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(Family Division; Bennett J; 19 November 2007)
The husband and wife married in England; shortly afterwards they moved to Spain but retained English passports and English property. A few years later the wife filed for divorce in England. The husband claimed that the couple were habitually resident in Spain, and had acquired domicile in that country.
The husband had failed to establish that the wife had lost her domicile of origin or had acquired a domicile of choice in Spain. The English court had jurisdiction to hear the wife's divorce petition. Brussels II Revised, art 3(1)(a), fifth and sixth indents, sought to compel the court, in assessing the connection of the applicant to the jurisdiction sought to be embraced, to look at two fundamentals. The first was whether the applicant was a national of the relevant member state, or in the case of the UK and Ireland whether the applicant was domiciled there. Second, the Regulation was at pains to make it clear that what else was required to establish jurisdiction in the UK was the habitual residence of the applicant.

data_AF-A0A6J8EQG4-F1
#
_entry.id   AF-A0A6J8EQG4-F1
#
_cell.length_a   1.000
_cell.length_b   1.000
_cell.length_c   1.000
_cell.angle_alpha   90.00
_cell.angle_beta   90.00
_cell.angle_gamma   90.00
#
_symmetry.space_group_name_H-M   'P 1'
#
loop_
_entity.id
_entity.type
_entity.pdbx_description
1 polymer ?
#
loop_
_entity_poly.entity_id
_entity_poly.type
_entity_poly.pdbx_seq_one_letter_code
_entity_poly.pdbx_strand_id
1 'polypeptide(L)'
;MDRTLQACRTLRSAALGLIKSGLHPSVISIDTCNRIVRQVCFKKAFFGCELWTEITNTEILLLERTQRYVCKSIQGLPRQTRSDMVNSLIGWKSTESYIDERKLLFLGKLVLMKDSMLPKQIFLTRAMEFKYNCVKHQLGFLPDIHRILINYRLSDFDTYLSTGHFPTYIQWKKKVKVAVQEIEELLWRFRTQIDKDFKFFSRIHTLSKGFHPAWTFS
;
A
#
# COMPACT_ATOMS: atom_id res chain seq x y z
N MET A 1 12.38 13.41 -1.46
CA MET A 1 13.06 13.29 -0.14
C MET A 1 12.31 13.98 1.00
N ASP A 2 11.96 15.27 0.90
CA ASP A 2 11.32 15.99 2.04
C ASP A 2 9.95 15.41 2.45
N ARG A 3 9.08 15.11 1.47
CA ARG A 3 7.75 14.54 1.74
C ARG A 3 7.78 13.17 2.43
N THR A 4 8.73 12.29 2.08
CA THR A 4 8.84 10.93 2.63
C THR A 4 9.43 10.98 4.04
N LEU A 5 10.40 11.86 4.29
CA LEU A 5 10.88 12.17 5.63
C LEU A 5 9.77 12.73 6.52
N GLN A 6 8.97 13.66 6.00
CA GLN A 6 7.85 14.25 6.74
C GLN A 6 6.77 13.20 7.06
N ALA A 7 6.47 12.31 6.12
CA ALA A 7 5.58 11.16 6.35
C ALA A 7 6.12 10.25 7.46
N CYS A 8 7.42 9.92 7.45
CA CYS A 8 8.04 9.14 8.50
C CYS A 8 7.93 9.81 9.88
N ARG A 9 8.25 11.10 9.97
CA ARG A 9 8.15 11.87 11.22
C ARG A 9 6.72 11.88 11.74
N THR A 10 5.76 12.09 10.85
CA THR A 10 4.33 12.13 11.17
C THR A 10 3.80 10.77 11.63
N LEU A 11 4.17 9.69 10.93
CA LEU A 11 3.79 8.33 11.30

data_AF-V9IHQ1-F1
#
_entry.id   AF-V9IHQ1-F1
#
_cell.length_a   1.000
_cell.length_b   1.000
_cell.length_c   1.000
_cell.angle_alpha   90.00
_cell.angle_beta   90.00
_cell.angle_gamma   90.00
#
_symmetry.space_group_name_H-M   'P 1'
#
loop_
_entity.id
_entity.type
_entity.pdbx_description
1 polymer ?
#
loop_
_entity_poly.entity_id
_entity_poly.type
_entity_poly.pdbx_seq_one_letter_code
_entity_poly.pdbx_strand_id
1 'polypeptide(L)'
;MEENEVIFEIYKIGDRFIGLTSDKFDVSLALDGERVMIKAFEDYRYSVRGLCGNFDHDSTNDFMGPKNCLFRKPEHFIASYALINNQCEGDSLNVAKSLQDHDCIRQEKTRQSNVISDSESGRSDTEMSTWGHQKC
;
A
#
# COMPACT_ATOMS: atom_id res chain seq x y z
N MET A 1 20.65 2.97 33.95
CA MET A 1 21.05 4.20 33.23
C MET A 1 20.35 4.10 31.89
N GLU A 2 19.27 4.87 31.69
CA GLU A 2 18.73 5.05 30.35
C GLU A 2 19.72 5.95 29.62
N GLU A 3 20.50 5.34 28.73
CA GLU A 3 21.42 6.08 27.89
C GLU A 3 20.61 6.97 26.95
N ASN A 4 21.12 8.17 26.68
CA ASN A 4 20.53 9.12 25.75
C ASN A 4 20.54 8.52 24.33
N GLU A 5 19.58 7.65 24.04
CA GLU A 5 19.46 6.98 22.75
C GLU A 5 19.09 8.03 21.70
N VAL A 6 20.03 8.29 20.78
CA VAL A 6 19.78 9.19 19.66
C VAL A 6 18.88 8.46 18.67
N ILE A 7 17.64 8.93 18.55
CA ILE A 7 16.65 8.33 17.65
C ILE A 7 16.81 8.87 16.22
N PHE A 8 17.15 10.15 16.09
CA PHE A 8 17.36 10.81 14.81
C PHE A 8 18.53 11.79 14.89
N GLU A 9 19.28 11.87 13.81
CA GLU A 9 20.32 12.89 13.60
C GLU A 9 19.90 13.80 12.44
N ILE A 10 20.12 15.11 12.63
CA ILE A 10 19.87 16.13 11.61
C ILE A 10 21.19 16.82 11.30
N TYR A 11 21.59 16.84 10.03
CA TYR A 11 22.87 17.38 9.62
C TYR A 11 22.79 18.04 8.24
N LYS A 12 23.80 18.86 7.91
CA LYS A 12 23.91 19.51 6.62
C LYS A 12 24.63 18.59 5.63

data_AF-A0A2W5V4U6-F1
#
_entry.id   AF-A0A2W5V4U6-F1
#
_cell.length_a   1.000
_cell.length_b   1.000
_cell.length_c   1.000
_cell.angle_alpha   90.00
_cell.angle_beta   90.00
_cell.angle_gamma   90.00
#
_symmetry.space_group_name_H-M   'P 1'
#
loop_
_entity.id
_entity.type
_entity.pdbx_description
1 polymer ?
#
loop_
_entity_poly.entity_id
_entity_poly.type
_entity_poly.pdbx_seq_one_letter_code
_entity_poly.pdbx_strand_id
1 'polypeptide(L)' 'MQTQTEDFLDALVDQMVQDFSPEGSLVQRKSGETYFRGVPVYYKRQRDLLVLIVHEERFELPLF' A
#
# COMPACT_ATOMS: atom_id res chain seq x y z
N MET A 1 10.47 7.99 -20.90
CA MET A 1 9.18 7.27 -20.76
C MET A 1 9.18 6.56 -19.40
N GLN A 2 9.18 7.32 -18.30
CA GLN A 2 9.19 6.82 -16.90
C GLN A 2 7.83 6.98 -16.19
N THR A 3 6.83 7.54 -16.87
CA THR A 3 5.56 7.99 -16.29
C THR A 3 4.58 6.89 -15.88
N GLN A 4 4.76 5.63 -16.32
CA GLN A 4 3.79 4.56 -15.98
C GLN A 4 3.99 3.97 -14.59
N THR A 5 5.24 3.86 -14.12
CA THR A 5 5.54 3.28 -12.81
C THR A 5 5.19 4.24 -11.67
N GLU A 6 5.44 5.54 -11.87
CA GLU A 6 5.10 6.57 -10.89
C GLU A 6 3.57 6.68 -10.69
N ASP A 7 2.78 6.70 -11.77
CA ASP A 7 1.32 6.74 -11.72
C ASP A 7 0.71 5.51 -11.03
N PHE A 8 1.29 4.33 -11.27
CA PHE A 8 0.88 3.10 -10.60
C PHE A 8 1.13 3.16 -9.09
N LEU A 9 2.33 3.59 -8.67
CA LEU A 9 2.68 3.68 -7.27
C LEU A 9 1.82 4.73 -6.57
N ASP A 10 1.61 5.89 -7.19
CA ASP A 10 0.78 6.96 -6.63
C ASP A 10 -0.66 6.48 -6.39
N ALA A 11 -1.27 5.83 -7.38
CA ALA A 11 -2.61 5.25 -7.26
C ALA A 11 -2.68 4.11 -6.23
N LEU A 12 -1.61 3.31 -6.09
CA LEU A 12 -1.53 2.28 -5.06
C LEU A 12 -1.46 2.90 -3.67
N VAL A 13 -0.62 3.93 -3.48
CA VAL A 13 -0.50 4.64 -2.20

Formerly entitled the Ancillary Relief Handbook this is the first resort for thousands of...